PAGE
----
Update: On his eponymous, conspiratorial blog, Eugene Volokh kindly cited my Valentine's Day offering. That prompted a question about the copyrightability of origami creations--and another excuse for me to geek out.

Origami works probably merit copyright protection under U.S. law as works of sculpture, though the constraints imposed by paper-folding (there are only so many ways to fold a heart, for instance) might support a merger defense to any such claim. The sequence of folds required to make a particular origami work, in contrast, would probably fall outside the scope of copyright, instead qualifying as a "procedure, process, system, [or] method of operation," per § 102(b). A patent would better suit that subject matter. An illustration of a folding sequence, such as my photos showing how to make the Folding Heart Card, would of course enjoy copyright protection.

As long as I'm updating, I'll also caution those of you who create the Folding Heart Card that its front does not open. The back does open up, however, once you unlatch the paper locks that hold it closed. If you prefer a version that will not tempt the card's recipient to try to open the front, you can, by way of a minor variation on the technique I illustrated, close its face with a kimono fold. I leave the details of that method, which I rejected as unappealingly unsymmetrical, as an exercise for students of origami.

[Crossposted to Agoraphilia and The Technology Liberation Front.]

Friday, February 8, 2008

The Packet-Switched Society

Two sharply contrasting views dominate the debate over copyright policy. On the one hand—the left one, we might say—copyrights represent mere policy tools, no better in principle than any other legal mechanism and, indeed, more modern, rationally planned, and democratically chosen that anything the common law can offer. On the other hand—the right hand, we might say—copyrights represent property rights no less than real estate or moveable goods do. On that view, copyrights deserve strict enforcement and our solemn respect.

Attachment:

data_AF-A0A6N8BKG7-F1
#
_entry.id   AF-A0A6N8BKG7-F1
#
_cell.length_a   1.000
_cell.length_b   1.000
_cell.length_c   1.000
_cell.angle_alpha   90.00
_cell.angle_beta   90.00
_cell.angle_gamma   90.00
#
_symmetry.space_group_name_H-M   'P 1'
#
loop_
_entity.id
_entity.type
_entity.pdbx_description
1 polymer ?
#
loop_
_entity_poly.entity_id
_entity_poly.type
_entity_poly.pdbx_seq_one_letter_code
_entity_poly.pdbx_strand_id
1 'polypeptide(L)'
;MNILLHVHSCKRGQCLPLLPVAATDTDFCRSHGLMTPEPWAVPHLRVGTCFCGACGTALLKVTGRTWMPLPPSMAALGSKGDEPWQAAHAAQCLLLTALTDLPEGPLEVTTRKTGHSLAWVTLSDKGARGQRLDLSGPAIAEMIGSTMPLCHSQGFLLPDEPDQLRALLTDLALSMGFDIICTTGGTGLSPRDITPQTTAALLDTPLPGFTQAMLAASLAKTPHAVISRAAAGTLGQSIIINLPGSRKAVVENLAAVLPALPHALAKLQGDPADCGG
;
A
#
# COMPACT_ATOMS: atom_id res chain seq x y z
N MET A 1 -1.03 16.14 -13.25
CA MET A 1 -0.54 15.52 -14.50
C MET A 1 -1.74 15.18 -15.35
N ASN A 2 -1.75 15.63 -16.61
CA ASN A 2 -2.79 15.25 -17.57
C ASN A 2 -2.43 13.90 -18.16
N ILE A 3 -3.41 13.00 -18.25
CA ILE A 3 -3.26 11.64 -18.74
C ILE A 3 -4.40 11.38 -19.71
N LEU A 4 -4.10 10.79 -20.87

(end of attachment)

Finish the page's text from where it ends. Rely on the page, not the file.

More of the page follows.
[My draft book, Intellectual Privilege: Copyright, Common Law, and the Common Good, presents] copyright policy on a third hand. So grasped, copyright represents nothing better than a clumsy attempt to correct an alleged market failure. Common law rights, implemented by technological advances, social networks, and growing wealth, increasingly suffice to stimulate the production of original expressive works. Increasingly, we find that we do not need copyright. To that extent, it does us little good and much harm to remain imprisoned within the confines of the Copyright Act. Even if they wanted to, federal lawmakers could not put copyright policy into a delicate balance; they face powerful incentives to not even try. Better we should cast aside copyright's statutory privileges and rely on the common law to promote the public good.

Many people—well-informed, intelligent, and sincere people—will doubtless disagree with this third view of copyright policy. Many will have good reasons for doing so, too. Some, though, will have perhaps been mislead by their reliance on an older, less flexible understanding of copyright—what we might call a circuit-switched model. In fact, however, we can best understand copyright policy, and much else, by following the example set by packet-switched networks.

As courts and commentators traditionally describe copyright, it arises through the collective deliberation of central authorities who, after a delicate balancing of competing interests and in the name of the general welfare, create statutory rights to expressive works. In that model, lawmakers let copyright holders borrow the State's power to violate natural and common law rights, empowering copyright holders to control others' pens, presses, and voices. That approach strongly recalls the policy model applied to earthbound, closed, circuit-switched networks.